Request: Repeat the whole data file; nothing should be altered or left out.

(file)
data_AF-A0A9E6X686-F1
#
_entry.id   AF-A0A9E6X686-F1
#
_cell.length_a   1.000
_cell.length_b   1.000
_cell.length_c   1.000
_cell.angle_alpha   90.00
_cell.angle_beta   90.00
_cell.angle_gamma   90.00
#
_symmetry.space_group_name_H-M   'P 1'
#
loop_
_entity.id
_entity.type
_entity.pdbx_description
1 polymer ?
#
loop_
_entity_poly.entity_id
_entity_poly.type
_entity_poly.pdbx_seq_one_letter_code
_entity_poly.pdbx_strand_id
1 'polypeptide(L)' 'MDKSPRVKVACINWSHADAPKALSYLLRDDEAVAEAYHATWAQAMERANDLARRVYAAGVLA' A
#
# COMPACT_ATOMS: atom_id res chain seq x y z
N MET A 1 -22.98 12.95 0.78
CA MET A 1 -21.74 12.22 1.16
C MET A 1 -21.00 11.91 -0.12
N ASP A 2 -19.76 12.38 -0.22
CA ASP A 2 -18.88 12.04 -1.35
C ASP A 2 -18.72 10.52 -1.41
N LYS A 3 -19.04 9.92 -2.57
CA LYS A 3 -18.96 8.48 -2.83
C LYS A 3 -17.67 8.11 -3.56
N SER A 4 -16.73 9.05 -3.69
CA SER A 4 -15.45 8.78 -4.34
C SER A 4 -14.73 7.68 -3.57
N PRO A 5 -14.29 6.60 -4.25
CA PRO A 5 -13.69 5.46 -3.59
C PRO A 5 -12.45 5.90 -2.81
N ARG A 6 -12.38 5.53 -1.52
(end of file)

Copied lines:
data_AF-A0A9E6X686-F1
#
_entry.id   AF-A0A9E6X686-F1
#
_cell.length_a   1.000
_cell.length_b   1.000
_cell.length_c   1.000
_cell.angle_alpha   90.00
_cell.angle_beta   90.00
_cell.angle_gamma   90.00
#
_symmetry.space_group_name_H-M   'P 1'
#
loop_
_entity.id
_entity.type
_entity.pdbx_description
1 polymer ?
#
loop_
_entity_poly.entity_id
_entity_poly.type
_entity_poly.pdbx_seq_one_letter_code
_entity_poly.pdbx_strand_id
1 'polypeptide(L)' 'MDKSPRVKVACINWSHADAPKALSYLLRDDEAVAEAYHATWAQAMERANDLARRVYAAGVLA' A
#
# COMPACT_ATOMS: atom_id res chain seq x y z
N MET A 1 -22.98 12.95 0.78
CA MET A 1 -21.74 12.22 1.16
C MET A 1 -21.00 11.91 -0.12
N ASP A 2 -19.76 12.38 -0.22
CA ASP A 2 -18.88 12.04 -1.35
C ASP A 2 -18.72 10.52 -1.41
N LYS A 3 -19.04 9.92 -2.57
CA LYS A 3 -18.96 8.48 -2.83
C LYS A 3 -17.67 8.11 -3.56
N SER A 4 -16.73 9.05 -3.69
CA SER A 4 -15.45 8.78 -4.34
C SER A 4 -14.73 7.68 -3.57
N PRO A 5 -14.29 6.60 -4.25
CA PRO A 5 -13.69 5.46 -3.59
C PRO A 5 -12.45 5.90 -2.81
N ARG A 6 -12.38 5.53 -1.52